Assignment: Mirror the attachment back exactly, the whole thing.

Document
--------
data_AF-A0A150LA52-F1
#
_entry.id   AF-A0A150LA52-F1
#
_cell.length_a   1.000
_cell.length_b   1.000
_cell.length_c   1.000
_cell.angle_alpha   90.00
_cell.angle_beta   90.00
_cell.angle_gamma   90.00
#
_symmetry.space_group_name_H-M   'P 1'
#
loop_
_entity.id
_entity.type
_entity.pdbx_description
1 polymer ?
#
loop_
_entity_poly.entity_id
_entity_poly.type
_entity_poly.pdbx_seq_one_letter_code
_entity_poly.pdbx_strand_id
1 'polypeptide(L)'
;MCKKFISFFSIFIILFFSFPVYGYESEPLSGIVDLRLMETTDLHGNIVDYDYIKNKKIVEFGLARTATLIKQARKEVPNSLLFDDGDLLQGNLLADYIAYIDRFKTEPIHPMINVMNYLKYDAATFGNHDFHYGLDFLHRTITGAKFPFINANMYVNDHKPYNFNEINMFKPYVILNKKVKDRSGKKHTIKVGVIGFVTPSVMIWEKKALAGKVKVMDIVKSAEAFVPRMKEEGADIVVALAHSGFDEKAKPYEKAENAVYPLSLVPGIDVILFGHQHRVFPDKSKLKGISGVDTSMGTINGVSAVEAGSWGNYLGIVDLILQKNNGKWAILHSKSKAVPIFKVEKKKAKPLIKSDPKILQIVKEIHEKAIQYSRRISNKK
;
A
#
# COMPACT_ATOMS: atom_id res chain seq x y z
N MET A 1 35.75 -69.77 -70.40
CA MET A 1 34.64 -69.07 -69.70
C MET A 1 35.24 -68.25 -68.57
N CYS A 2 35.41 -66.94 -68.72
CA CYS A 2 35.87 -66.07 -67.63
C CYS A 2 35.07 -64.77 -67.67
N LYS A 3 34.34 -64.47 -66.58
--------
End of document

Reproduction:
data_AF-A0A150LA52-F1
#
_entry.id   AF-A0A150LA52-F1
#
_cell.length_a   1.000
_cell.length_b   1.000
_cell.length_c   1.000
_cell.angle_alpha   90.00
_cell.angle_beta   90.00
_cell.angle_gamma   90.00
#
_symmetry.space_group_name_H-M   'P 1'
#
loop_
_entity.id
_entity.type
_entity.pdbx_description
1 polymer ?
#
loop_
_entity_poly.entity_id
_entity_poly.type
_entity_poly.pdbx_seq_one_letter_code
_entity_poly.pdbx_strand_id
1 'polypeptide(L)'
;MCKKFISFFSIFIILFFSFPVYGYESEPLSGIVDLRLMETTDLHGNIVDYDYIKNKKIVEFGLARTATLIKQARKEVPNSLLFDDGDLLQGNLLADYIAYIDRFKTEPIHPMINVMNYLKYDAATFGNHDFHYGLDFLHRTITGAKFPFINANMYVNDHKPYNFNEINMFKPYVILNKKVKDRSGKKHTIKVGVIGFVTPSVMIWEKKALAGKVKVMDIVKSAEAFVPRMKEEGADIVVALAHSGFDEKAKPYEKAENAVYPLSLVPGIDVILFGHQHRVFPDKSKLKGISGVDTSMGTINGVSAVEAGSWGNYLGIVDLILQKNNGKWAILHSKSKAVPIFKVEKKKAKPLIKSDPKILQIVKEIHEKAIQYSRRISNKK
;
A
#
# COMPACT_ATOMS: atom_id res chain seq x y z
N MET A 1 35.75 -69.77 -70.40
CA MET A 1 34.64 -69.07 -69.70
C MET A 1 35.24 -68.25 -68.57
N CYS A 2 35.41 -66.94 -68.72
CA CYS A 2 35.87 -66.07 -67.63
C CYS A 2 35.07 -64.77 -67.67
N LYS A 3 34.34 -64.47 -66.58